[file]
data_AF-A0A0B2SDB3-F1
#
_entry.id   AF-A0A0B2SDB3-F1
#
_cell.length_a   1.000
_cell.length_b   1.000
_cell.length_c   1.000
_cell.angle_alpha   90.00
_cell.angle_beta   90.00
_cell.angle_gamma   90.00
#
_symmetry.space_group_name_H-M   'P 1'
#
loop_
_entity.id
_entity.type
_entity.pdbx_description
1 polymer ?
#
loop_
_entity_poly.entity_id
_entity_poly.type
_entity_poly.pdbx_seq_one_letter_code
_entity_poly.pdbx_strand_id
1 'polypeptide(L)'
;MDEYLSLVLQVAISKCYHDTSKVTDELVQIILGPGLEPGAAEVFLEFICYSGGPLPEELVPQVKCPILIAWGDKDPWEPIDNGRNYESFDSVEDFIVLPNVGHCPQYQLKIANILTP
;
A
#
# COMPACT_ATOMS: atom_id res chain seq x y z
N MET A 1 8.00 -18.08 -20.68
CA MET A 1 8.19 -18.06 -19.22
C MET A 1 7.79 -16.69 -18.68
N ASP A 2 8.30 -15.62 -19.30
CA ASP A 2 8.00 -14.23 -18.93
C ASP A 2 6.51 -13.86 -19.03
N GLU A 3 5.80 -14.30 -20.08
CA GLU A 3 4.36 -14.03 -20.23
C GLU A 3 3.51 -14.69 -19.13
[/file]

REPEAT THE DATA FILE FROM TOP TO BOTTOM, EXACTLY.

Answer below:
data_AF-A0A0B2SDB3-F1
#
_entry.id   AF-A0A0B2SDB3-F1
#
_cell.length_a   1.000
_cell.length_b   1.000
_cell.length_c   1.000
_cell.angle_alpha   90.00
_cell.angle_beta   90.00
_cell.angle_gamma   90.00
#
_symmetry.space_group_name_H-M   'P 1'
#
loop_
_entity.id
_entity.type
_entity.pdbx_description
1 polymer ?
#
loop_
_entity_poly.entity_id
_entity_poly.type
_entity_poly.pdbx_seq_one_letter_code
_entity_poly.pdbx_strand_id
1 'polypeptide(L)'
;MDEYLSLVLQVAISKCYHDTSKVTDELVQIILGPGLEPGAAEVFLEFICYSGGPLPEELVPQVKCPILIAWGDKDPWEPIDNGRNYESFDSVEDFIVLPNVGHCPQYQLKIANILTP
;
A
#
# COMPACT_ATOMS: atom_id res chain seq x y z
N MET A 1 8.00 -18.08 -20.68
CA MET A 1 8.19 -18.06 -19.22
C MET A 1 7.79 -16.69 -18.68
N ASP A 2 8.30 -15.62 -19.30
CA ASP A 2 8.00 -14.23 -18.93
C ASP A 2 6.51 -13.86 -19.03
N GLU A 3 5.80 -14.30 -20.08
CA GLU A 3 4.36 -14.03 -20.23
C GLU A 3 3.51 -14.69 -19.13